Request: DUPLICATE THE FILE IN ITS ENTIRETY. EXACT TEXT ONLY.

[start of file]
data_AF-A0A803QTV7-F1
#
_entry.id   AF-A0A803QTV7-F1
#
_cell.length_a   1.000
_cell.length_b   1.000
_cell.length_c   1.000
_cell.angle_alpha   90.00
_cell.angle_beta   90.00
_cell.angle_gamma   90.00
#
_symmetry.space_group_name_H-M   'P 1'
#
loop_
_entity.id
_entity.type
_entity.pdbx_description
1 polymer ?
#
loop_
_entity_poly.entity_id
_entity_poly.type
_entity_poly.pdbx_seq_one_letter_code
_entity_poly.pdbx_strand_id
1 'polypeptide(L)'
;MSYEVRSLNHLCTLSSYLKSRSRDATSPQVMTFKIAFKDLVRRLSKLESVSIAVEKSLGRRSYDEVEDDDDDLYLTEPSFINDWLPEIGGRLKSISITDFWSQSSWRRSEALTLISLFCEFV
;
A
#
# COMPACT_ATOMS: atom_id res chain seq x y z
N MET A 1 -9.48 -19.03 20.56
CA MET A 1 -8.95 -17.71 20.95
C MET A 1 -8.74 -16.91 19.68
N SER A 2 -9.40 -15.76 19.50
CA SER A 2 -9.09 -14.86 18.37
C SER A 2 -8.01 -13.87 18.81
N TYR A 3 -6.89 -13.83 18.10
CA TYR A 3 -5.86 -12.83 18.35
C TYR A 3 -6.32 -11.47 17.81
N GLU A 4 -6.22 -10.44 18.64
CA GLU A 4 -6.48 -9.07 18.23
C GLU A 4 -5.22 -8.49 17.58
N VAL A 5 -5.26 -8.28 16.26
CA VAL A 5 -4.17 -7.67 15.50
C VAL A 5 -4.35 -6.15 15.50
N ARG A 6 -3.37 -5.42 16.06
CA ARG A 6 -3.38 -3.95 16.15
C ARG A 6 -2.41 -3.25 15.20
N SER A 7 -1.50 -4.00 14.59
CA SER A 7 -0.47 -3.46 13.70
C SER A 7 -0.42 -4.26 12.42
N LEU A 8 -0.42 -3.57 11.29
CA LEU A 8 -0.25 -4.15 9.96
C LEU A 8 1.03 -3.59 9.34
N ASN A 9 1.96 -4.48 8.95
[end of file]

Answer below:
data_AF-A0A803QTV7-F1
#
_entry.id   AF-A0A803QTV7-F1
#
_cell.length_a   1.000
_cell.length_b   1.000
_cell.length_c   1.000
_cell.angle_alpha   90.00
_cell.angle_beta   90.00
_cell.angle_gamma   90.00
#
_symmetry.space_group_name_H-M   'P 1'
#
loop_
_entity.id
_entity.type
_entity.pdbx_description
1 polymer ?
#
loop_
_entity_poly.entity_id
_entity_poly.type
_entity_poly.pdbx_seq_one_letter_code
_entity_poly.pdbx_strand_id
1 'polypeptide(L)'
;MSYEVRSLNHLCTLSSYLKSRSRDATSPQVMTFKIAFKDLVRRLSKLESVSIAVEKSLGRRSYDEVEDDDDDLYLTEPSFINDWLPEIGGRLKSISITDFWSQSSWRRSEALTLISLFCEFV
;
A
#
# COMPACT_ATOMS: atom_id res chain seq x y z
N MET A 1 -9.48 -19.03 20.56
CA MET A 1 -8.95 -17.71 20.95
C MET A 1 -8.74 -16.91 19.68
N SER A 2 -9.40 -15.76 19.50
CA SER A 2 -9.09 -14.86 18.37
C SER A 2 -8.01 -13.87 18.81
N TYR A 3 -6.89 -13.83 18.10
CA TYR A 3 -5.86 -12.83 18.35
C TYR A 3 -6.32 -11.47 17.81
N GLU A 4 -6.22 -10.44 18.64
CA GLU A 4 -6.48 -9.07 18.23
C GLU A 4 -5.22 -8.49 17.58
N VAL A 5 -5.26 -8.28 16.26
CA VAL A 5 -4.17 -7.67 15.50
C VAL A 5 -4.35 -6.15 15.50
N ARG A 6 -3.37 -5.42 16.06
CA ARG A 6 -3.38 -3.95 16.15
C ARG A 6 -2.41 -3.25 15.20
N SER A 7 -1.50 -4.00 14.59
CA SER A 7 -0.47 -3.46 13.70
C SER A 7 -0.42 -4.26 12.42
N LEU A 8 -0.42 -3.57 11.29
CA LEU A 8 -0.25 -4.15 9.96
C LEU A 8 1.03 -3.59 9.34
N ASN A 9 1.96 -4.48 8.95